Just in time for Pride Canterbury 2019, Alex Clifford tells us about her experience of being part of the LGBT+ community and what pride means to her.
As with many members of our community, Pride, for me is complicated. I think it is important to note that I do speak from a position of great privilege. As a bisexual white woman who has been in straight-passing relationships most of her life, my experience has and will always greatly differ from other queer people.
As a teenager, I longed for the chance to walk in a parade and to feel connected to other LGBTQ+ people in solidarity. My first Pride, Canterbury 2017, I was a little disappointed to find that I wasn’t suddenly gifted a new queer family on arrival. I wandered around on my own, wondering when all the noise and bright outfits would relate to me and how I felt inside.
I couldn’t understand how the Pride of the eighties and nineties I’d seen in documentaries or read accounts of had translated to this festival. Where were the protest signs, the clashes, where even were the homophobes? I knew from personal experience and reading the news that we certainly hadn’t eradicated homophobia and transphobia from the world by a very long shot, so why were we all pretending it was okay for an afternoon in June? In the two years since, I’ve come a bit more to terms with our Pride.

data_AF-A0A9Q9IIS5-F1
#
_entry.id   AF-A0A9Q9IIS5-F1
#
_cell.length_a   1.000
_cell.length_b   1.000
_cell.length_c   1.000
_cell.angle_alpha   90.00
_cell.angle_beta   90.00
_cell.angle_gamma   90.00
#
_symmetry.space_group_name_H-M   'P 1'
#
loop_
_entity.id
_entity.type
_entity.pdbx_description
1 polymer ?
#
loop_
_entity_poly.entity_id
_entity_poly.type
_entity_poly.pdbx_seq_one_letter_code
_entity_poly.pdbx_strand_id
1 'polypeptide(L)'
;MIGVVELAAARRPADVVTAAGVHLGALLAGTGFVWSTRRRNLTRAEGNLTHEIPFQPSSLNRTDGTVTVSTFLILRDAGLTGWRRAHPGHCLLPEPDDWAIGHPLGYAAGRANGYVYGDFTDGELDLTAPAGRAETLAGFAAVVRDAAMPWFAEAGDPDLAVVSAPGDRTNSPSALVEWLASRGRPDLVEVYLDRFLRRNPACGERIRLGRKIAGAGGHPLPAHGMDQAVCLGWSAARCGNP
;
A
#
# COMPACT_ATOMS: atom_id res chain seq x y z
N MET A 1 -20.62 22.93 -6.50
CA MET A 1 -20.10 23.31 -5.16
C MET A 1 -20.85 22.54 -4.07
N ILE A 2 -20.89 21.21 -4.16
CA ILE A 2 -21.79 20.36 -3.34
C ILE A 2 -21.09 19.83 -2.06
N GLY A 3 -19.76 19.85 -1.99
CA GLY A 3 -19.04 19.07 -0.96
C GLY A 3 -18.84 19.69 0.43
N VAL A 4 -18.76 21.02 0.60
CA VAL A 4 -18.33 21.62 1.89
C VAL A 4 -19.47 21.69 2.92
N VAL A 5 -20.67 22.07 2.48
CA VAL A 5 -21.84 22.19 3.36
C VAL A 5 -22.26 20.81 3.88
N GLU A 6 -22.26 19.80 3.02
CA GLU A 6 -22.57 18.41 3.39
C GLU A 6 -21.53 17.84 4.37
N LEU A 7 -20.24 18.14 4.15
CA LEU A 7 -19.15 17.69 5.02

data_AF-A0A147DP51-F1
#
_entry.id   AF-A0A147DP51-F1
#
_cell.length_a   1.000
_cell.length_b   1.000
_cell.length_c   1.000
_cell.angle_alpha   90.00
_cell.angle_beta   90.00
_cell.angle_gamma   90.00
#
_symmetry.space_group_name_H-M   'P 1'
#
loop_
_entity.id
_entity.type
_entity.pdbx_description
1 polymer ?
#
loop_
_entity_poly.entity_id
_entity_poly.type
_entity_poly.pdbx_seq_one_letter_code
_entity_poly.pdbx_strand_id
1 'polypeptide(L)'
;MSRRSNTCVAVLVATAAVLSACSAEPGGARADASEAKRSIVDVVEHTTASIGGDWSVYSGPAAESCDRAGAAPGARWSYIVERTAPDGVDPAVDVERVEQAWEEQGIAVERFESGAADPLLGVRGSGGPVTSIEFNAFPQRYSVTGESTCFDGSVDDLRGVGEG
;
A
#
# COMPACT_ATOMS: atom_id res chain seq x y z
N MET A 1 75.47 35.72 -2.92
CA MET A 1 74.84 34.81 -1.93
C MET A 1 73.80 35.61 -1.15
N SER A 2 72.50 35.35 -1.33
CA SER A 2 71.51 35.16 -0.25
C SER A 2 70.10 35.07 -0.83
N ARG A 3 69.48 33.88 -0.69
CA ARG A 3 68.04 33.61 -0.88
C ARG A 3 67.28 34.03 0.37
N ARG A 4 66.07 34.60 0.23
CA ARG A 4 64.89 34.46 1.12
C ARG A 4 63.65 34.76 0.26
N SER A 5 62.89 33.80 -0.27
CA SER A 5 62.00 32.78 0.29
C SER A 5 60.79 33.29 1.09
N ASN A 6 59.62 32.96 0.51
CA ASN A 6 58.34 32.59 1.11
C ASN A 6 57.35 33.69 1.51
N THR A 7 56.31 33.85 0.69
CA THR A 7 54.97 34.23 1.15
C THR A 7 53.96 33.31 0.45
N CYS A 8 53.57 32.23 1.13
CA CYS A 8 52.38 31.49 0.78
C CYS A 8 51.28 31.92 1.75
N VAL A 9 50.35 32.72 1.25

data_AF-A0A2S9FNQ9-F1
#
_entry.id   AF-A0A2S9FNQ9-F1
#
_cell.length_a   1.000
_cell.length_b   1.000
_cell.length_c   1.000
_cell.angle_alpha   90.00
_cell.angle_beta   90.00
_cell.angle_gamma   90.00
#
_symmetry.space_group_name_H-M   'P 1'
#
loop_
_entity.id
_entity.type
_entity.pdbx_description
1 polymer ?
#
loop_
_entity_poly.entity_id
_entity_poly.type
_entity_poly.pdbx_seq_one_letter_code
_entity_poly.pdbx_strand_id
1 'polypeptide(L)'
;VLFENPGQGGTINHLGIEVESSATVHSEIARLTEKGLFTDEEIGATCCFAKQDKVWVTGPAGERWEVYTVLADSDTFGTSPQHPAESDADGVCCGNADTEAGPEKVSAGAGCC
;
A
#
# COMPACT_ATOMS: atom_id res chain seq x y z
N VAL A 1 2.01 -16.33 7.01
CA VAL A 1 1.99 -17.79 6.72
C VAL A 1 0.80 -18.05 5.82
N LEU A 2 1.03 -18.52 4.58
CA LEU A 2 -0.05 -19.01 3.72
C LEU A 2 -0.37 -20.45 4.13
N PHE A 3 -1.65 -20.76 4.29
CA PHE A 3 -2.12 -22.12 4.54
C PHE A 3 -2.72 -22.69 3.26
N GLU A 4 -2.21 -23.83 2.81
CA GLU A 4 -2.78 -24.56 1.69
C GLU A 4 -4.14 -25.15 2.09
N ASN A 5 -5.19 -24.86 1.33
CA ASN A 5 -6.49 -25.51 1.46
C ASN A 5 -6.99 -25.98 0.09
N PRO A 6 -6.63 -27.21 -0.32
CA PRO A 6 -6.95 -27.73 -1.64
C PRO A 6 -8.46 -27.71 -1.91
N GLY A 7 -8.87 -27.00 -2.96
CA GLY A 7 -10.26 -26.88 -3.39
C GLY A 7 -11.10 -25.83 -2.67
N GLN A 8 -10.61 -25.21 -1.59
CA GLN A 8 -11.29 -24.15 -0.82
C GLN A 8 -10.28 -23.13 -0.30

I do wish that in our city we had retained a little more of the protest element, but I know that not everyone in our queer community feels the same. Pride is ultimately, very personal. When I walk in the parade this year, I know I will feel as emotional as I always do. Being able to be so visibly, safely queer, when doing so even in my own lifetime has desperately endangered people, brings a great sense of gratitude. Year on year marching gains meaning for me, as I walk beside friends and learn what the event means to them. I’ve begun to understand the literal definition of pride.
It’s being proud of who you are, despite there being many who want you to feel shame. It’s seeing yourself in contrast to a lot of society and being utterly unashamed of that fact. I know more directly now that this kind of pride cannot be felt in the same way by straight people, and that’s why it’s so vital to the LBGTQ+ community. I have related more lately to the bright outfits, as a viscerally visible expression of identity, and I did gain a family, though it was not the one I expected.
My definitions of this month will certainly change over the years as I grow and learn from others and the world changes. It certainly has changed meaning for me over the last year and a bit, since I have been walking the parade with my girlfriend. Right now, Pride for me means visibility, community and celebration.
JOIN US AT CANTERBURY PRIDE 2019
Pride Canterbury 2019 is taking place on Saturday 15th June from 11am. Pride Canterbury is a spectacular celebration of LGBT+ identity for the whole family set in the heart of Canterbury. Featuring a parade through Canterbury High Street, followed by live entertainment with food and drink in the Dane John Gardens. Join 20,000 other people to come together to celebrate diversity, equality and progress.
There's still an opportunity to represent Christ Church in the Pride Parade! Register to walk in the Parade for FREE here.
ABOUT THE WRITER
Completing a MA in Modern History
Twitter - @FandomHist
Postgraduate Student Officer for CCSU
President of Dungeons and Dragons Society